Bombay High Court recently held that a wife raising allegations against her husband in court by labelling him as an “alcoholic” and “womaniser” without substantiating the allegations, would amount to cruelty and, therefore, entitles him to divorce.
The bench comprising Justice Nitin Jamdar and Justice Sharmila U Deshmukh dismissed an appeal filed by the appellant-wife challenging a family court’s decree that dissolved her marriage to a retired Army officer who had passed away during the pendency of the appeal before the High Court.
“We find that the petitioner has repeatedly made allegations assassinating the character of the respondent, in both the rounds of litigation. The conduct of the Petitioner in continuing to make unwarranted, false and baseless allegations pertaining to the respondent’ character labelling him as an alcoholic and womaniser has resulted in shredding his reputation in the society,” the bench stated.
The wife had filed a petition before the family court seeking restitution of conjugal rights. The husband filed a reply and also a counter claim seeking a divorce. The Court held that the allegations without substantiation amount to cruelty and, therefore, granted a divorce decree to the respondent-husband.
Advocate Vikas B Shivarkar, appearing for the appellant wife, submitted that the family court erred in holding that the allegations constituted an act of cruelty.
Advocate Shivarkar further stated that the same allegations were levelled by the appellant against the respondent in the previous litigations and it was not held to be an act of cruelty.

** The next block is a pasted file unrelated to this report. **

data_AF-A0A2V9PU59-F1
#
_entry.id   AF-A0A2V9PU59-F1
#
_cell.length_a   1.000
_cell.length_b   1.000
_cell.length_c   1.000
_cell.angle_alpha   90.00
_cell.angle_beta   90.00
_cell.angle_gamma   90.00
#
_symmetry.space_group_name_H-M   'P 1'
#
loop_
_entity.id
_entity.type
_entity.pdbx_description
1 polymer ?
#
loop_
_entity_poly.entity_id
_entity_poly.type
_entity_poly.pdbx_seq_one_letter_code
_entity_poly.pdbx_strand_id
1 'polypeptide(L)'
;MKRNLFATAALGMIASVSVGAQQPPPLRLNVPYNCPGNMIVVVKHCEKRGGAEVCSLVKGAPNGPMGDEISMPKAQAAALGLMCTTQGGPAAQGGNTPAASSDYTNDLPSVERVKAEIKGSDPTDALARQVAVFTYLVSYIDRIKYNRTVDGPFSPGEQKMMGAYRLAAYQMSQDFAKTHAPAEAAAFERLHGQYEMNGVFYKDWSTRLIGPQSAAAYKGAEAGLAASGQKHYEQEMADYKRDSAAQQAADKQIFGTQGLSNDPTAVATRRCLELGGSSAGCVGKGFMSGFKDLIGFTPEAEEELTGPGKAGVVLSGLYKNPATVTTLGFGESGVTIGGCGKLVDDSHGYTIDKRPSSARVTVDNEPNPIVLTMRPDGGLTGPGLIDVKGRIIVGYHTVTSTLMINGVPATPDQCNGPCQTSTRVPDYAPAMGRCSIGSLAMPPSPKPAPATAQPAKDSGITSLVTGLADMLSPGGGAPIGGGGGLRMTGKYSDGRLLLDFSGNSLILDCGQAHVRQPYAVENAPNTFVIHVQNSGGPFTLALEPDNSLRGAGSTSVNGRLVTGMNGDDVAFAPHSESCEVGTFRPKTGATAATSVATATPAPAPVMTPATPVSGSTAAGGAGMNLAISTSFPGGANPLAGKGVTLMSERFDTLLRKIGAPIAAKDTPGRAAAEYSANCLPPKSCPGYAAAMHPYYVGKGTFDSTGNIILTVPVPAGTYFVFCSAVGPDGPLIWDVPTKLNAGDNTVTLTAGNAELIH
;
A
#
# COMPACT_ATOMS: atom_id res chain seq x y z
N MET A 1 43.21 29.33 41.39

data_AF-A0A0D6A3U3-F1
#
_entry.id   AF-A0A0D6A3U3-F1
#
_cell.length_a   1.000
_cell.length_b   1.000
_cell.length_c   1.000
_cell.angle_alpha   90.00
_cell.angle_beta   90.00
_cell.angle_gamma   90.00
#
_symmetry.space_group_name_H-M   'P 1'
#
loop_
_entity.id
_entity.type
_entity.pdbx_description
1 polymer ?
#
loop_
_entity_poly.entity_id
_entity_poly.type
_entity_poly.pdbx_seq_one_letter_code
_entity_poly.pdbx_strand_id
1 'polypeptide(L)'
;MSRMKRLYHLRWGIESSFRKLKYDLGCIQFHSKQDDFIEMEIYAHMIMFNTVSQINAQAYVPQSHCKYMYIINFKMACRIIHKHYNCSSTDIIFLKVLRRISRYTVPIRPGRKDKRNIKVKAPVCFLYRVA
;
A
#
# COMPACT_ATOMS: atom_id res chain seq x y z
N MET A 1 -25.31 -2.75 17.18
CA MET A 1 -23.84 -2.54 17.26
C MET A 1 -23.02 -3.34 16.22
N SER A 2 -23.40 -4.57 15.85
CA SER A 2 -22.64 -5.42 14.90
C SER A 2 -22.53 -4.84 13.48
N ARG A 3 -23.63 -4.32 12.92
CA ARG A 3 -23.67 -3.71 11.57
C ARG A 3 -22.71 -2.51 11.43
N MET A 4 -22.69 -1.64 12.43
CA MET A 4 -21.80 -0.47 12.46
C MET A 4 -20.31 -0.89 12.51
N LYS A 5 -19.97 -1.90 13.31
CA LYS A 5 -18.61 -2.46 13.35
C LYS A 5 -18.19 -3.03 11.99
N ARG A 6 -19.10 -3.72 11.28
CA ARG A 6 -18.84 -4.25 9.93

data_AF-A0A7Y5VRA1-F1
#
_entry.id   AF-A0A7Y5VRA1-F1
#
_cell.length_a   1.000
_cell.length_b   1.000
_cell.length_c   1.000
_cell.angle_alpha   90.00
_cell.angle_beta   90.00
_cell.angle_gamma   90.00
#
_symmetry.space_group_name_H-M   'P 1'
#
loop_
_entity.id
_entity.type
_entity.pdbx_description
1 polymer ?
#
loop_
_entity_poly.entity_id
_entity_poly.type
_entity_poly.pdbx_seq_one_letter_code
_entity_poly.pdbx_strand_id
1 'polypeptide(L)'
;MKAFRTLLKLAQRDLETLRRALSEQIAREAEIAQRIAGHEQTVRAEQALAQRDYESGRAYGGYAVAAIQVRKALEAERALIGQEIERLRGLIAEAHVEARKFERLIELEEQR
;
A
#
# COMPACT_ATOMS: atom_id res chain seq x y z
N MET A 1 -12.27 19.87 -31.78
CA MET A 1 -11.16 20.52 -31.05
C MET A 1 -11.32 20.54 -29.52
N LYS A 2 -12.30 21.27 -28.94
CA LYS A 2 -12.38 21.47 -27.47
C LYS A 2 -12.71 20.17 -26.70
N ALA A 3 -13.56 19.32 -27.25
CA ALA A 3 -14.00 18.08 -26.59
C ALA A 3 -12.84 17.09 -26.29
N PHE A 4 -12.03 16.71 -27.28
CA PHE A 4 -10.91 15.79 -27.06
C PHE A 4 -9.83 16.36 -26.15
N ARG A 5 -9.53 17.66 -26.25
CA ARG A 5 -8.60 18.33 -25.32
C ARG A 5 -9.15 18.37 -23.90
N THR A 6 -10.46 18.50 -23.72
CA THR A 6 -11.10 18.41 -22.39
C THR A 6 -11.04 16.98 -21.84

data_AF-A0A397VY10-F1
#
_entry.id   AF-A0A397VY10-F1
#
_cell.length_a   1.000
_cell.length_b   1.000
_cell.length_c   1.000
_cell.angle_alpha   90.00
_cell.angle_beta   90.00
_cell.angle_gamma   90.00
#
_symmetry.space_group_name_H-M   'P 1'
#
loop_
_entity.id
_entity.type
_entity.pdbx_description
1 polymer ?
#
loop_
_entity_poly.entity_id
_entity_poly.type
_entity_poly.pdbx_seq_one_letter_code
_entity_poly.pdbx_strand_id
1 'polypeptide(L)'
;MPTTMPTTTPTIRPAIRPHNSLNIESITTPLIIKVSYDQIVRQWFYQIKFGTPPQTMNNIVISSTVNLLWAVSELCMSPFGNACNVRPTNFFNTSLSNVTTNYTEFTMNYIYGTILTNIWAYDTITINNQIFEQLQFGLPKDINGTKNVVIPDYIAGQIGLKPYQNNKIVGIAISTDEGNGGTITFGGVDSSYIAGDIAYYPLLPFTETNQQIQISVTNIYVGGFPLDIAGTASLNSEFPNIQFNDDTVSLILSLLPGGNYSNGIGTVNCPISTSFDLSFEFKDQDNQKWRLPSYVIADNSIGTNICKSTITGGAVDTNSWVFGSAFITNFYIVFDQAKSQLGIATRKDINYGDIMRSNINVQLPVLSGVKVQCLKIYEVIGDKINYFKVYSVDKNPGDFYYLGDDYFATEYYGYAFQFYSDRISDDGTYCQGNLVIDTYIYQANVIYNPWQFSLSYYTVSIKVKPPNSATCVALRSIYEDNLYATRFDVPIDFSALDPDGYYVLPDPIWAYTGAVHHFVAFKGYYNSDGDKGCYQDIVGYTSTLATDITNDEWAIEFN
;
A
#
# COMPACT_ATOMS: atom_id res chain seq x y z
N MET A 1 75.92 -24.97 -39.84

On the other hand, advocate Onkar Kulkarni representing respondent husband supported the High Court’s judgment which held that the allegations made by the wife constituted an act of cruelty as she failed to substantiate her allegations.
While noting the appellant’s own sister didn’t corroborate the appellant’s case, the bench noted, “Pertinently, the petitioner’s own sister has not corroborated the case of the Petitioner and has merely deposed that the respondent used to consume liquor, but there is no assertion of being alcoholic which has distinct connotation. The petitioner has alleged that the respondent used to visit her sister on one pretext or other, yet the evidence of the petitioner’s sister does not give any details. The evidence on record produced by the petitioner fails to prove the allegations made by her in pleadings.”
The bench went on to add that allegations were not held to be cruel in previous litigation because the husband had not contended that he suffered mental torture by virtue of allegations filed by the wife.
The respondent had submitted that the petitioner had defamed him in society by making false and baseless allegations causing him mental agony which he had proved.
The bench further held that the petitioner repeatedly made allegations against the respondent which led to the shredding his reputation in society.
Therefore, the bench held that the husband’s stand that he could not put up with such conduct of the wife defaming him and that he cannot continue with the matrimonial relationship in the face of such allegations.
The High Court bench dismissed the appellant wife’s appeal while holding that her conduct constituted cruelty within the meaning of Section 13 (1) (i-a) of the Hindu Marriage Act.